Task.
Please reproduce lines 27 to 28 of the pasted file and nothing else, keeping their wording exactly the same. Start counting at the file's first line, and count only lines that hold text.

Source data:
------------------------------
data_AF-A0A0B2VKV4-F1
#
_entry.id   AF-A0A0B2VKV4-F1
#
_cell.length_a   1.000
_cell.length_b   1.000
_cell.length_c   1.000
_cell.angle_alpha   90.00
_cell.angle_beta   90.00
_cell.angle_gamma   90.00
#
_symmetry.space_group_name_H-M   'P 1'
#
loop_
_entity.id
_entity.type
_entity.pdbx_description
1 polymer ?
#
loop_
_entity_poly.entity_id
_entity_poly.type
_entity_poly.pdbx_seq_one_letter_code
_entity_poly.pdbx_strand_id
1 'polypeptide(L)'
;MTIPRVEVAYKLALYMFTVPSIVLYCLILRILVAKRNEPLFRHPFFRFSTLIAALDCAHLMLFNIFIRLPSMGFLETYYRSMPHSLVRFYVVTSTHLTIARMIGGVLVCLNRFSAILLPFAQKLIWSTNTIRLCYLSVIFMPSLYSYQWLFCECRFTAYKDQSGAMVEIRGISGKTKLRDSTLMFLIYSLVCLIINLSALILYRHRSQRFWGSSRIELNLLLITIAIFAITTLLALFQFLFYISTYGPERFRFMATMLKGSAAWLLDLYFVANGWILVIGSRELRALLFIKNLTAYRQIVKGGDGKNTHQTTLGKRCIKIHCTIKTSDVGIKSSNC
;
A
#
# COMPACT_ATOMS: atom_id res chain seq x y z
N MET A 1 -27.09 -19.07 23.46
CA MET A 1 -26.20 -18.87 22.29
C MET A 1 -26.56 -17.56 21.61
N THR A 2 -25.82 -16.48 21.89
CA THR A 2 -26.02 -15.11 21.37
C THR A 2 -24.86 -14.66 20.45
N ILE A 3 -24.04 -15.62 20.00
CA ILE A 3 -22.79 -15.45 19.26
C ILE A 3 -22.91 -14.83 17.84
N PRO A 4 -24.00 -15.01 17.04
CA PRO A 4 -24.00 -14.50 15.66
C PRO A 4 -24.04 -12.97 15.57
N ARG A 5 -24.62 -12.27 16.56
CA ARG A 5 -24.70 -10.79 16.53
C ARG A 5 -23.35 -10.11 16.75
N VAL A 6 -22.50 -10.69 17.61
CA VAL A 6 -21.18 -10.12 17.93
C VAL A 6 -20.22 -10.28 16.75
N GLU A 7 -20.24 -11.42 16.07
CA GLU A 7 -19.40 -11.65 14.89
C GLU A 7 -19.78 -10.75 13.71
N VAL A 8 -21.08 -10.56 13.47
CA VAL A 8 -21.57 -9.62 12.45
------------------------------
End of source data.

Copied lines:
;
A